Improving Information and Communications in a Disaster Scenario with AWS Snowball Edge. American Geophysical Union. December 2019.

This talk (delivered by Dan Pilone) gives a quick overview of the results of our disaster response user needs study and demonstrate a prototype disaster response pipeline for field data management. The serverless, cloud-based pipeline combines public and private data sources with open source software.

The Pangeo Platform: a community-driven open-source big data environment. American Geophysical Union. December 2019.

This talk (delivered by Joe Hamman) discusses Pangeo a coordinated community effort with support from NASA, NSF, AWS, Microsoft Azure and Google Cloud, to develop interactive and reproducible open source workflows for discovery, visualization, and quantitative analysis of large datasets used for research in the Earth Sciences.

Acquiring, processing, and analyzing open broadcast science data with extremely low latency at scale with AWS Groundstation and cloud processing. American Geophysical Union. December 2019.

This talk demonstrates the ability to acquire, process, and analyze open broadcast science data entirely in the cloud. Leveraging the new AWS Elastic Ground Station service, we demonstrate selecting and scheduling satellite acquisitions for open science data then leveraging the scalable nature of the cloud to execute a full processing stack. This talk demonstrates the ability to acquire L0 data, leveraging open data processing algorithms from agencies like NASA and NOAA, and a highly scalable, cost effective, and secure processing architecture to produce near real-time data. By taking advantage of direct satellite acquisition and cloud scale processing, we demonstrate reduced latency from acquisition to data availability for scenarios like disaster response, tipping and cueing, and location monitoring.

Community Tools for Analysis of NASA Earth Observation System Data in the Cloud NASA EOSDIS Systems Engineering Technical Interchange Meeting (SE TIM). August 17, 2019.

This talk shares the current status of work under a NASA ACCESS grant to expand the Pangeo ecosystem's access to EOSDIS data holdings. The talk includes background information on Pangeo, STAC, Intake, and kuburnetes.

Security and Compliance in the Government Cloud ESIP Summer Meeting. July 16, 2019.

This talk discusses the mapping of existing cybersecurity controls (namely, NIST 800-53) to the cloud. Its core thesis is that the complexity and pace of iteration in the cloud necessitates a more adaptive security model. It discusses some capabilities that should be developed, and helpful services in those contexts.

An Introduction to Pangeo. NASA Land Processing and Oak Ridge National Laboratory DAACs User Working Group 2019. June 3rd, 2019.

This talk provides an overview on the Pangeo project and community. It discussed what Pangeo is, what its motivations are, how to deploy its stack, and how to contribute back to the community. I tried to contextualize it along a question asked by a USGS staff scientist (Aaron Friesz) regarding practical use, so focused on the details of three core packages: xarray, dask, and jupyter. Please note that many of these slides were sourced from other Pangeo talks; I attribute them to their authors on the slides themselves.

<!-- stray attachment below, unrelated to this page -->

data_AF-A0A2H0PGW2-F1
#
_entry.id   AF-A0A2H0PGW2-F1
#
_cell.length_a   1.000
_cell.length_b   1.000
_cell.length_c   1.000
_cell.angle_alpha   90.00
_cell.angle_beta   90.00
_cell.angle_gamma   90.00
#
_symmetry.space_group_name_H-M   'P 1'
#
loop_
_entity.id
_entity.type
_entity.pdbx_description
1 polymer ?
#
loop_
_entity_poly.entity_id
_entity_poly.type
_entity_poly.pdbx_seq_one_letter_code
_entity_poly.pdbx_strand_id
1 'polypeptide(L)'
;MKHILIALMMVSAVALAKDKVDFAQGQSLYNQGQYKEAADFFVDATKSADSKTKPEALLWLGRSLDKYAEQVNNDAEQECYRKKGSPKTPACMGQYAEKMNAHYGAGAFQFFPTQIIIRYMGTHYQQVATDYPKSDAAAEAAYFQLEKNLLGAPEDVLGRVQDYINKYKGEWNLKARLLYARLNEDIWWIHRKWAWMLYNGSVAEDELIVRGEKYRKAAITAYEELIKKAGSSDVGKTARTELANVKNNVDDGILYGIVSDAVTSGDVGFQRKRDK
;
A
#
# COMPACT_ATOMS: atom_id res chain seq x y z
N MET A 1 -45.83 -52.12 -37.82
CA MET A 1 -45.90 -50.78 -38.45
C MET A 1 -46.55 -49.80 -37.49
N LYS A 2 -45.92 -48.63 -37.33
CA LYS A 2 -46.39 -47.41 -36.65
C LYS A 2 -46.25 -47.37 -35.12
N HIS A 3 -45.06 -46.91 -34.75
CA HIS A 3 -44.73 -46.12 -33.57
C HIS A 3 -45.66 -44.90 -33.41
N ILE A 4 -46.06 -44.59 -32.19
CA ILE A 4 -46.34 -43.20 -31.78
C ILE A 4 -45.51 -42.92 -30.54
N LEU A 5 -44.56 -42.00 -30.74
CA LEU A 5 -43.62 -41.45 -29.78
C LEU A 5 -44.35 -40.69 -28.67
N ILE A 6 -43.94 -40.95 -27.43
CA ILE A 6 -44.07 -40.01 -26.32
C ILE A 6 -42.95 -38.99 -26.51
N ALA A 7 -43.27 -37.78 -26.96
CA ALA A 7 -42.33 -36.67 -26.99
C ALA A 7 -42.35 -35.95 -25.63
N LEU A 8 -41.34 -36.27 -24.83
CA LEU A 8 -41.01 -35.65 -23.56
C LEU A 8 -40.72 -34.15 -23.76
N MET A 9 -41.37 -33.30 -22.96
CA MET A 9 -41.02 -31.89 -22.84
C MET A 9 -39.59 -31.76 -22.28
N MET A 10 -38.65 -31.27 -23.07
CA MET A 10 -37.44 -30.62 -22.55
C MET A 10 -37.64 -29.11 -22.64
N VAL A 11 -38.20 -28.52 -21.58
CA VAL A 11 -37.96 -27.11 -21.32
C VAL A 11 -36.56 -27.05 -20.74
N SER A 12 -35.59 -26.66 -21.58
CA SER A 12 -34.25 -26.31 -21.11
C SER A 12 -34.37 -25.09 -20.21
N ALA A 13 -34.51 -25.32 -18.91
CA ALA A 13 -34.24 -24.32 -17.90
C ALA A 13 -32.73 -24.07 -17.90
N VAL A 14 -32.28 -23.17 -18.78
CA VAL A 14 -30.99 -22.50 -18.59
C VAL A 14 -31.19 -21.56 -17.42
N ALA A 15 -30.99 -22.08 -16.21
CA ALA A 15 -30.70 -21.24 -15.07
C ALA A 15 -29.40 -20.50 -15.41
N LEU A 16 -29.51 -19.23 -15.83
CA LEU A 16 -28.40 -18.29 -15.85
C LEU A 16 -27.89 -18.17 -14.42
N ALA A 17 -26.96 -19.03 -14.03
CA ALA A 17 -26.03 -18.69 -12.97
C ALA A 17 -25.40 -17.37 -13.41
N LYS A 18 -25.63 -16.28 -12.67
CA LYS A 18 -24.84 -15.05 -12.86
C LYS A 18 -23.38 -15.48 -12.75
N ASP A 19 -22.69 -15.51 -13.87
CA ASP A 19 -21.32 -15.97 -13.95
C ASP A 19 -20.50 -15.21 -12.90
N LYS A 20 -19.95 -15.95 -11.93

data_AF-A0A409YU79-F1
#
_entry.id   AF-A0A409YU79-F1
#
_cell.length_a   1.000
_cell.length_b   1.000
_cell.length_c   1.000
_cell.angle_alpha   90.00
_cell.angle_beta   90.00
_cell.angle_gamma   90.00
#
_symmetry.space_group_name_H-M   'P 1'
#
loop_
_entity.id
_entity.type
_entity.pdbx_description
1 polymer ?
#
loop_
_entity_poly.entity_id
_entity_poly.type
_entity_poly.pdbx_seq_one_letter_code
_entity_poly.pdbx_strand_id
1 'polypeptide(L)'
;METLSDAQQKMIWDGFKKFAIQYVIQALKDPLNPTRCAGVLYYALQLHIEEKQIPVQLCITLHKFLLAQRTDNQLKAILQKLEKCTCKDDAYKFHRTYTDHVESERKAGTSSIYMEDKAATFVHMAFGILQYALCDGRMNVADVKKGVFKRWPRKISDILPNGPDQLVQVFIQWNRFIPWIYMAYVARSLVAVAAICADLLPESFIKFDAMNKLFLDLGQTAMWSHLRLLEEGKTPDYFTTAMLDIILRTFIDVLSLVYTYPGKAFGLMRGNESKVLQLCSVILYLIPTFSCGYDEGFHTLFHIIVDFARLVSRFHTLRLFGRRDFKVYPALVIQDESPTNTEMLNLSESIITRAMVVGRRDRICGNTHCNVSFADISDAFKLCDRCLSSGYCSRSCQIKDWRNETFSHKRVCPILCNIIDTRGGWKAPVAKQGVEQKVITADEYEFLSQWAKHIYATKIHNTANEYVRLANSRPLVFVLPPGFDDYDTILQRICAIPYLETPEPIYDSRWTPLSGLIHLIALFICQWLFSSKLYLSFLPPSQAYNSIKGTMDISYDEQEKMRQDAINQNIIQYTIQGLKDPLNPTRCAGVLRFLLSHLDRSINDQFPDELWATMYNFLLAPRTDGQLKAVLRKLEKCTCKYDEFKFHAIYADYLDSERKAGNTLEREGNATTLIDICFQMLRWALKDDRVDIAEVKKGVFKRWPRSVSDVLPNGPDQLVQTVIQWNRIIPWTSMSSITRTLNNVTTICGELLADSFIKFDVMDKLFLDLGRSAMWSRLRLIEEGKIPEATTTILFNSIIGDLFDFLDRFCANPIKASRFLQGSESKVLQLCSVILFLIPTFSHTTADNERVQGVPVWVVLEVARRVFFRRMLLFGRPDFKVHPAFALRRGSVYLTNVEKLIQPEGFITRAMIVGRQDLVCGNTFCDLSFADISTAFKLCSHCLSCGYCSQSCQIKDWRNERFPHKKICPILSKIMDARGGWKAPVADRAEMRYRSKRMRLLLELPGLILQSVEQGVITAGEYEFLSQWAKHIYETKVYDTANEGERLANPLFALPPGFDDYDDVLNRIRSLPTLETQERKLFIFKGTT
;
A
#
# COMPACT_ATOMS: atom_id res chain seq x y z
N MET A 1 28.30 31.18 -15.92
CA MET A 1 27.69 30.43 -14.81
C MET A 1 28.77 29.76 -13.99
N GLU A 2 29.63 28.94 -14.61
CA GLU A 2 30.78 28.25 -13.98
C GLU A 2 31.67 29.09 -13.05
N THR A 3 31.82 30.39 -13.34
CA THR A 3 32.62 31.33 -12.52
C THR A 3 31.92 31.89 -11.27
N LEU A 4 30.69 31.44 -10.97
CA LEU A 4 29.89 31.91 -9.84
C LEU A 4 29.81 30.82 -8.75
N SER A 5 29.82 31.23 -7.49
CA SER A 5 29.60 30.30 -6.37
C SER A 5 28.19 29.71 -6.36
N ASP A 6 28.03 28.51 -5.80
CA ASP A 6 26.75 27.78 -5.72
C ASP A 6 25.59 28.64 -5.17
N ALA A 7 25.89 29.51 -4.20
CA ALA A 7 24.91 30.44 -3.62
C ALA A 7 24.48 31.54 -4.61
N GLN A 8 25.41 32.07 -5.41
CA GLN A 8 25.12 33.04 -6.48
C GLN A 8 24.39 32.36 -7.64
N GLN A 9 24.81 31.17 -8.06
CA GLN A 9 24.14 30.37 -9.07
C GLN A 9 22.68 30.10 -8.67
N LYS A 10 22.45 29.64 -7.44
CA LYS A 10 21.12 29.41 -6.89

Cloud-Native Archives of Convenience for Remote Sensing Workloads. ESIP Cloud Computing Cluster. May 6th, 2019.

This talk discussed the arbitrary transformation and reprojection of remote sensing data -- up to and including entire product corpuses -- based on context-specific needs. The thesis was that instead of worrying about gold data formats (e.g. netCDF, HDF, etc), we should develop transformation graphs which can produce ephemeral "archives of convenience" for given use-cases. The talk also included a demo of SatCat, a proof of concept of this idea using GOES-16 full disk ABI data.

Building CubeSat Data Pipelines with Open Source Software at Element 84. FOSS4G North America 2019. April 16th, 2019. (Google Slides)

This talk surveyed the open source geospatial software ecosystem in the context of small satellite lifecycles, specifically in the context of a SaaS offering. The thesis was that, with the rapidly decreasing barrier to entry for satellite launches, universities, NGOs, and other small satellite operators would be better suited to use SaaS providers for their data lifecycles rather than investing in in-house development/operational costs. The talk includes a discussion of tools we've built and contributed to at NASA (as well as those developed by others) around data product generation, data discovery, and data visualization.


What Interdisciplinary Research, Heterogeneous Data, and Netflix have in common: Leveraging Open Data and the Cloud to Increase Data Access and Use with Ephemeral Archives of Convenience. American Geophysical Union, December 2018. (Abstract)

This talk (delivered by Dan Pilone) discussed our research on archives of convenience -- real-time arbitrary subsetting, transformation, and format conversion of scientific data based on use-cases. We present a proof of concept based on full disk transformations from a geostationary satellite.

Observing Earth: A Brief Introduction to Earth Data. Data Jawn, June 13th, 2018. (PDF)

This talk provided a brief overview of NASA's Earth data assets available freely to the public for scientific and commercial uses. The audience was general data science professionals without remote sensing experience.


Cloud Surprises Discovered in Moving NASA EOSDIS Applications into Amazon Web Services. American Geophysical Union. December, 2017.

This talk discusses our experience using AWS for Earth science web applications.